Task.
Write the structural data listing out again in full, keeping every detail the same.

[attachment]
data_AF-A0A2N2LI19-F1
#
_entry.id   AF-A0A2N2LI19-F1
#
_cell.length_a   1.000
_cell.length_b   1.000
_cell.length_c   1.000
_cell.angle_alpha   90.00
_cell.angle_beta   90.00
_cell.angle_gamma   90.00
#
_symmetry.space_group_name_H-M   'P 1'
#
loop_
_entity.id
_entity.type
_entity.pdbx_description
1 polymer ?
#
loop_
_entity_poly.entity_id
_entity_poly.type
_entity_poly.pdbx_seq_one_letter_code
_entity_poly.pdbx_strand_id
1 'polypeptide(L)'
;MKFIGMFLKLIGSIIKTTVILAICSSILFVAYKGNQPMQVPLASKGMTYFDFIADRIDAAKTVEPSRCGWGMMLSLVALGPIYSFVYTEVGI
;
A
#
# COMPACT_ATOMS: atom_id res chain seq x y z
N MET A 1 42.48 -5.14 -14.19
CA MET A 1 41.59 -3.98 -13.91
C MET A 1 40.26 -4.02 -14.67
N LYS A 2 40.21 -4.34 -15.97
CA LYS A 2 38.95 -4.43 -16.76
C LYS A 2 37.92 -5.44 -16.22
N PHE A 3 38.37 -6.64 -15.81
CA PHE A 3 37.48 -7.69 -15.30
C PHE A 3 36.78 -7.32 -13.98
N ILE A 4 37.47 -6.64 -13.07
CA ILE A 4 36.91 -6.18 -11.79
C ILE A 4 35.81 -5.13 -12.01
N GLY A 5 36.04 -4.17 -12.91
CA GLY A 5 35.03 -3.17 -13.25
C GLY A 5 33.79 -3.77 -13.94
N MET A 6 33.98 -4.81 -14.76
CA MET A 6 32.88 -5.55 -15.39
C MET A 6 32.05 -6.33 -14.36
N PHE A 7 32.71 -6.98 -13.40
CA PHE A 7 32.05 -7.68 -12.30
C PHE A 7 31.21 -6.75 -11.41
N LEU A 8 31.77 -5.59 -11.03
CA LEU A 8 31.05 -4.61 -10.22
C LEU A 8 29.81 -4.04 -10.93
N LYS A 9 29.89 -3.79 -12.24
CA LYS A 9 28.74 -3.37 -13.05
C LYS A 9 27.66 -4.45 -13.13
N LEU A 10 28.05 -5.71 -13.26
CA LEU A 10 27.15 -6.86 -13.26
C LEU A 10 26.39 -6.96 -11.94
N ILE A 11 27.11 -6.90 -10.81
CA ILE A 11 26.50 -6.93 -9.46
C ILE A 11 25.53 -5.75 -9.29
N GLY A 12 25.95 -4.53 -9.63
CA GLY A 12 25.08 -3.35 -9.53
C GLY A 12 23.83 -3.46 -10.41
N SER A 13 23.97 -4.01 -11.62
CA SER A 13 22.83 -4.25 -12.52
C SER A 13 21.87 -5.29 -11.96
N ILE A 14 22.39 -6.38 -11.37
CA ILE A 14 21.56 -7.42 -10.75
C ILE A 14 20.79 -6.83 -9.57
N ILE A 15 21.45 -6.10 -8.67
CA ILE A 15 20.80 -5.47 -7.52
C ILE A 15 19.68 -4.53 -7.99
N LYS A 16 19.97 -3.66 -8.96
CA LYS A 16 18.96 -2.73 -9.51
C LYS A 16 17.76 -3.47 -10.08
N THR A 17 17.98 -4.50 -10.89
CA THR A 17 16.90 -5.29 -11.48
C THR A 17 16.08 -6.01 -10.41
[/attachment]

data_AF-A0A2N2LI19-F1
#
_entry.id   AF-A0A2N2LI19-F1
#
_cell.length_a   1.000
_cell.length_b   1.000
_cell.length_c   1.000
_cell.angle_alpha   90.00
_cell.angle_beta   90.00
_cell.angle_gamma   90.00
#
_symmetry.space_group_name_H-M   'P 1'
#
loop_
_entity.id
_entity.type
_entity.pdbx_description
1 polymer ?
#
loop_
_entity_poly.entity_id
_entity_poly.type
_entity_poly.pdbx_seq_one_letter_code
_entity_poly.pdbx_strand_id
1 'polypeptide(L)'
;MKFIGMFLKLIGSIIKTTVILAICSSILFVAYKGNQPMQVPLASKGMTYFDFIADRIDAAKTVEPSRCGWGMMLSLVALGPIYSFVYTEVGI
;
A
#
# COMPACT_ATOMS: atom_id res chain seq x y z
N MET A 1 42.48 -5.14 -14.19
CA MET A 1 41.59 -3.98 -13.91
C MET A 1 40.26 -4.02 -14.67
N LYS A 2 40.21 -4.34 -15.97
CA LYS A 2 38.95 -4.43 -16.76
C LYS A 2 37.92 -5.44 -16.22
N PHE A 3 38.37 -6.64 -15.81
CA PHE A 3 37.48 -7.69 -15.30
C PHE A 3 36.78 -7.32 -13.98
N ILE A 4 37.47 -6.64 -13.07
CA ILE A 4 36.91 -6.18 -11.79
C ILE A 4 35.81 -5.13 -12.01
N GLY A 5 36.04 -4.17 -12.91
CA GLY A 5 35.03 -3.17 -13.25
C GLY A 5 33.79 -3.77 -13.94
N MET A 6 33.98 -4.81 -14.76
CA MET A 6 32.88 -5.55 -15.39
C MET A 6 32.05 -6.33 -14.36
N PHE A 7 32.71 -6.98 -13.40
CA PHE A 7 32.05 -7.68 -12.30
C PHE A 7 31.21 -6.75 -11.41
N LEU A 8 31.77 -5.59 -11.03
CA LEU A 8 31.05 -4.61 -10.22
C LEU A 8 29.81 -4.04 -10.93
N LYS A 9 29.89 -3.79 -12.24
CA LYS A 9 28.74 -3.37 -13.05
C LYS A 9 27.66 -4.45 -13.13
N LEU A 10 28.05 -5.71 -13.26
CA LEU A 10 27.15 -6.86 -13.26
C LEU A 10 26.39 -6.96 -11.94
N ILE A 11 27.11 -6.90 -10.81
CA ILE A 11 26.50 -6.93 -9.46
C ILE A 11 25.53 -5.75 -9.29
N GLY A 12 25.95 -4.53 -9.63
CA GLY A 12 25.08 -3.35 -9.53
C GLY A 12 23.83 -3.46 -10.41
N SER A 13 23.97 -4.01 -11.62
CA SER A 13 22.83 -4.25 -12.52
C SER A 13 21.87 -5.29 -11.96
N ILE A 14 22.39 -6.38 -11.37
CA ILE A 14 21.56 -7.42 -10.75
C ILE A 14 20.79 -6.83 -9.57
N ILE A 15 21.45 -6.10 -8.67
CA ILE A 15 20.80 -5.47 -7.52
C ILE A 15 19.68 -4.53 -7.99
N LYS A 16 19.97 -3.66 -8.96
CA LYS A 16 18.96 -2.73 -9.51
C LYS A 16 17.76 -3.47 -10.08
N THR A 17 17.98 -4.50 -10.89
CA THR A 17 16.90 -5.29 -11.48
C THR A 17 16.08 -6.01 -10.41